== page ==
{p. 216} Terrorism should be another target of NATO's expanded mission. A terrorist attack on the citizens of one country is an attack on all civilized countries. Terrorism is an international challenge to international order and it requires an international response. The NATO allies should develop a program of cooperation and joint action to deal with terrorist attacks.

The Awakened Giant

{p. 246} When we talked about China in 1969 de Gaulle said, "It would be better for you to recognize China before you are obligated to do so by the growth of China." He was right. The potential of a billion of the ablest people in the world will inevitably make China into an economic giant and also a military giant...

{p. 261} ...for the moment there is a limit
{p.262} beyond which the relationship beyond which the United States and the People's Republic of China cannot grow. We are not allies. Just thirty-five years ago we were enemies. Thousands of Chinese and Americans fought each other in Korea. One of Mao’s sons was among the casualties. Today we are new friends who have been brought together after years of hostility, even hatred and war, by coldly calculated common interests. These interests could change, and the friendship would change with them. We have no shared experiences, struggles, or ideals to hold us together in the face of shifting international realities; absent a major political reform movement in China, our philosophies of government will remain diametrically opposed to each other. Therefore to a large extent this promising new relationship is hostage to events over which neither side has complete control.

We must avoid romanticizing or putting too much stock in superficial curiosities about each other. Neither student exchanges not tourism nor blue jeans nor American rock music not cloisonné jewelry will hold us together if either China or the United States behaves in a way that the other finds unacceptable. Relations between great nations are not a tea party or a love fest; they are complicated, intricately structured devices that have to be watched and tended constantly. Unless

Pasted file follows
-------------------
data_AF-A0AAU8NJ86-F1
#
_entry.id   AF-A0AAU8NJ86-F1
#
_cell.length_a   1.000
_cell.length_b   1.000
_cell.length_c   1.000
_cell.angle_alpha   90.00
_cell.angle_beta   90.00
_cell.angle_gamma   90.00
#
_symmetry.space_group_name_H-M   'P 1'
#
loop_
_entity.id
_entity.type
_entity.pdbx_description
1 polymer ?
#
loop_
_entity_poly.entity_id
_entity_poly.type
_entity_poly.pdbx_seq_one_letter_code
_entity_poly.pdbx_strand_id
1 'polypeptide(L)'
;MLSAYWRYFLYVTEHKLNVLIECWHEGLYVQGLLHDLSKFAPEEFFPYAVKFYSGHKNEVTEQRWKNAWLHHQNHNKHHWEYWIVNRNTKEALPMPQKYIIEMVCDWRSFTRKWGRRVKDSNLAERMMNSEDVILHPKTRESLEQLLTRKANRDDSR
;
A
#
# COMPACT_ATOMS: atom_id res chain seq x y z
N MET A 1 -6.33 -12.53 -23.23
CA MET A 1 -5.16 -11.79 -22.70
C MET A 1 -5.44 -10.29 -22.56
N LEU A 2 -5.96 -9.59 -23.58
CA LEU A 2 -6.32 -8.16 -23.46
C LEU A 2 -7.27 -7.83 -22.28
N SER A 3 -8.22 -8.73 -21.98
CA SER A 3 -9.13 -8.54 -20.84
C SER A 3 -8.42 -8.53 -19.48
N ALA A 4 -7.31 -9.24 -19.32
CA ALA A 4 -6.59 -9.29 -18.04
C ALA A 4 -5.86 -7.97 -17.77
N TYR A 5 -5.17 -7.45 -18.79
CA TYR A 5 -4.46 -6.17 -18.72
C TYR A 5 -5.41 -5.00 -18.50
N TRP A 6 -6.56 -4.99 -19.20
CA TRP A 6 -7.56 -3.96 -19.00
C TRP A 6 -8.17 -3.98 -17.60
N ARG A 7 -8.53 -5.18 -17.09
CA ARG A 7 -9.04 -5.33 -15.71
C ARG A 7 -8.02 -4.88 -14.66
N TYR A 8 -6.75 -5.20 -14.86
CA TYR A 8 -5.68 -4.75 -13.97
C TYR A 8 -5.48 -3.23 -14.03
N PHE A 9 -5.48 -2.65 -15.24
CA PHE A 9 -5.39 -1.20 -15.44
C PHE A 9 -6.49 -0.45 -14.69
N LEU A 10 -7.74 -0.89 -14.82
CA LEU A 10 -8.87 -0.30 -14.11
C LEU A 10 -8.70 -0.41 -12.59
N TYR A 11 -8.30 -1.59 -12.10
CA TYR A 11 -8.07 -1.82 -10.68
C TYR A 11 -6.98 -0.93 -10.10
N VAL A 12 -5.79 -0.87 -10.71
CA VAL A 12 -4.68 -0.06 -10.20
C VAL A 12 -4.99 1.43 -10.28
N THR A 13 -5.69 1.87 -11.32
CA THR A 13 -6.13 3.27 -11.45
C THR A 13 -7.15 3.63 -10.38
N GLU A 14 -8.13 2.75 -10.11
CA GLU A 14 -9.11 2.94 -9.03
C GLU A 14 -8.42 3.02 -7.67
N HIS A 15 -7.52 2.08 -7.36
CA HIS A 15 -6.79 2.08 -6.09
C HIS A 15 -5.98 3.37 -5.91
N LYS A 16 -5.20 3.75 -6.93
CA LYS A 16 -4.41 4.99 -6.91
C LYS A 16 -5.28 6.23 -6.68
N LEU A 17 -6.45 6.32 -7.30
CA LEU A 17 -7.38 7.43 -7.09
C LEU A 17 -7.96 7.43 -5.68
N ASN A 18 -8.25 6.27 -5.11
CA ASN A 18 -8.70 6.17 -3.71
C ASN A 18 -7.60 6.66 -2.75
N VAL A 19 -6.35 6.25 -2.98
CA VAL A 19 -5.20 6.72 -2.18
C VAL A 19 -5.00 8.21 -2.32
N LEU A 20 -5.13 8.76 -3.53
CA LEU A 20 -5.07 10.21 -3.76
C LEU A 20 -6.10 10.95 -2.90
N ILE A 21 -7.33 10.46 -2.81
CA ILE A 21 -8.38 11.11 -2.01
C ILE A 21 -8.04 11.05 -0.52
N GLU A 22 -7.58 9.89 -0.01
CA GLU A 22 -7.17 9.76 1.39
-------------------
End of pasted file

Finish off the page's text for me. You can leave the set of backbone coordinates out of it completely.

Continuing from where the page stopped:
we take care, anything that can go wrong probably will.

For the sake of our grandchildren in the next century, however, we must ensure that our relationship survives and grows. Today we are dealing with a nation that is just beginning to feel its way in the modern world; tomorrow they will be dealing with what could be the dominant power in the world...

Third World Battlegrounds

{p. 271} …Indonesia is one of the least known, most underrated nations in the world. It was the first Asian country I visited as Vice president in 1953. I saw it through the eyes of President Sukharno, one of the most charismatic leaders I have ever met. He had elaborate dreams for the future of his newly independent country. But his irresponsible policies and personal corruption turned into a nightmare for Indonesia. His successor, President Suharto, has slowly brought the nation back from the chaos of Sukharno’s last years. Indonesia could well become a giant in the twenty-first century. It is rich in natural resources. It has enormous strategic importance. It is the fifth most populous nation in the world. The Indonesians, blood brothers of the Filipinos, are capable people with great potential. All they need is continued strong leadership to provide political stability and new
{p. 272} economic policies that reward initiative and attract foreign investment.

excerpts from 1999: Victory Without War
by Richard Nixon
published in 1988